Plenty of charitable things happening in Carlsbad
Sharing. Giving. Taking care of one another. Philanthropy. Whatever you call it, it’s growing in Carlsbad. The Carlsbad Charitable Foundation, or CCF, is beginning its fourth year.
During the past three years, Carlsbad residents and businesses have pooled their funds in the CCF to provide over $141,800 to organizations assisting Carlsbad residents. In fact, those grants have included teaching a business curriculum to fifth-graders (BizTown), capital expenses to allow eighth-graders to hone their scientific skills (Science Olympiad), food bank services for seniors (North County Food Bank), transportation for seniors (Interfaith Community Services), training for hospice professionals to be able to diagnose pain (San Diego Hospice and Palliative Care), and now, this year, training and counseling for families involved in divorce (Kids Turn), and assessing and coordinating faith-based organizations in Carlsbad (Interfaith Community Services). Whew. Lots of work by CCF volunteers to vet the grant applications and to offer the membership a qualified slate for a vote. Thank you for your contributions.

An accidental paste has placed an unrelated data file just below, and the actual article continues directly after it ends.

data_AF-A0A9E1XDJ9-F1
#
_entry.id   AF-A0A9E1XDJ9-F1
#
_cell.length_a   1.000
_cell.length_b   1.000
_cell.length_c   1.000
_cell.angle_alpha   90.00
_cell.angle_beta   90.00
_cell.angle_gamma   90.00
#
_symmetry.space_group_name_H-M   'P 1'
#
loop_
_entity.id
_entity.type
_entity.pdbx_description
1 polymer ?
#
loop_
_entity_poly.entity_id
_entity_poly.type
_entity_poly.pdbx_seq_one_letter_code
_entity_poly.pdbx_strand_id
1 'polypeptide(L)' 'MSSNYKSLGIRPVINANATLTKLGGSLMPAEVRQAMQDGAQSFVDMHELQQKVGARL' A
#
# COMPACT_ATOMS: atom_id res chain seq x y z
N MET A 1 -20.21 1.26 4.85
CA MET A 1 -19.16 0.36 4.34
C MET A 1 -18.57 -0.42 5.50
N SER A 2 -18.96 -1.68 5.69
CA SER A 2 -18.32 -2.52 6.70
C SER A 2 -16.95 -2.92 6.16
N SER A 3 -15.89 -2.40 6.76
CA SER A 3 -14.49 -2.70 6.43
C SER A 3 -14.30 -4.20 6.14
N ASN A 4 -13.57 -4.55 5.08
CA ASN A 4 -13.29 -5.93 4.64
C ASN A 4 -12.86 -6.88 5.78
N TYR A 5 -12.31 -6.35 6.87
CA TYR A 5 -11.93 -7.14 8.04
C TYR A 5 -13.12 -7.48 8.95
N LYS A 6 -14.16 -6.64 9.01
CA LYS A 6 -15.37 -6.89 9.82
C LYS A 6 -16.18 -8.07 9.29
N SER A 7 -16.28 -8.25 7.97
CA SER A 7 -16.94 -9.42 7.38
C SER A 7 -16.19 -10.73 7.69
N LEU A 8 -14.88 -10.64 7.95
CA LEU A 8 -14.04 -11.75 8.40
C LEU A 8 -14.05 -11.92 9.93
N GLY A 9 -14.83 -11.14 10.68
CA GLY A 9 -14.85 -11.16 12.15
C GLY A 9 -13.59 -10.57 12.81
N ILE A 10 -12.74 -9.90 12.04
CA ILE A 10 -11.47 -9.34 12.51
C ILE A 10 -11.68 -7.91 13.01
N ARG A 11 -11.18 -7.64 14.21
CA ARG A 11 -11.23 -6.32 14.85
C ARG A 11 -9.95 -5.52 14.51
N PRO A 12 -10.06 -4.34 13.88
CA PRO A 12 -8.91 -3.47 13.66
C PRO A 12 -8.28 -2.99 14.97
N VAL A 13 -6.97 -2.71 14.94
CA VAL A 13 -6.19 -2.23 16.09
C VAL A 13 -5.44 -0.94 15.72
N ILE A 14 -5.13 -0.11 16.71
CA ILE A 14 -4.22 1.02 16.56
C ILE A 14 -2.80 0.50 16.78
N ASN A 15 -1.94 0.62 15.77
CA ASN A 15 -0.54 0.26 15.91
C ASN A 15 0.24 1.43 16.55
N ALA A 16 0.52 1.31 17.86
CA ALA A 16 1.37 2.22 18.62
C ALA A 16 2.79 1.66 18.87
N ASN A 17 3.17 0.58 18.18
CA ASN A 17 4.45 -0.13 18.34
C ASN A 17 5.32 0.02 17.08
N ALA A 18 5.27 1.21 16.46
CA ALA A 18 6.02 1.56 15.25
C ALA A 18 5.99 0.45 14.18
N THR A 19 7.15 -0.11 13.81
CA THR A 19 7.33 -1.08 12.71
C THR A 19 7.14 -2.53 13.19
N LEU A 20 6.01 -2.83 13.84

The Carlsbad Charitable Foundation is open to all residents who live or work in Carlsbad and who want to make a difference in their community through this pooling of contributions. Thank you for your trust, and be proud of the many resounding successes that follow.
Yvonne Murchison Finocchiaro
CCF Chairman of the Board
Not on board with zone change
On July 8, the Planning Commission of Carlsbad approved a Lowe’s store at the corner of Palomar Airport Road and El Camino Real (former Olympic Resort). They then proceeded to endorse the necessary zone change at this same meeting. Only 124 addresses were notified of the meeting. As every resident of Carlsbad knows, these two congested corridors are a challenge now. Adding a big box store that generates high traffic and a few low-paying jobs will only compound the problem.
Of even greater concern, this new zoning can be applied anywhere in the city — on lots as small as a half-acre. Carlsbad is now updating their General Plan at a significant investment of public funds. Why would they prejudice their ability to update the plan by making such a drastic change now with no real public participation?
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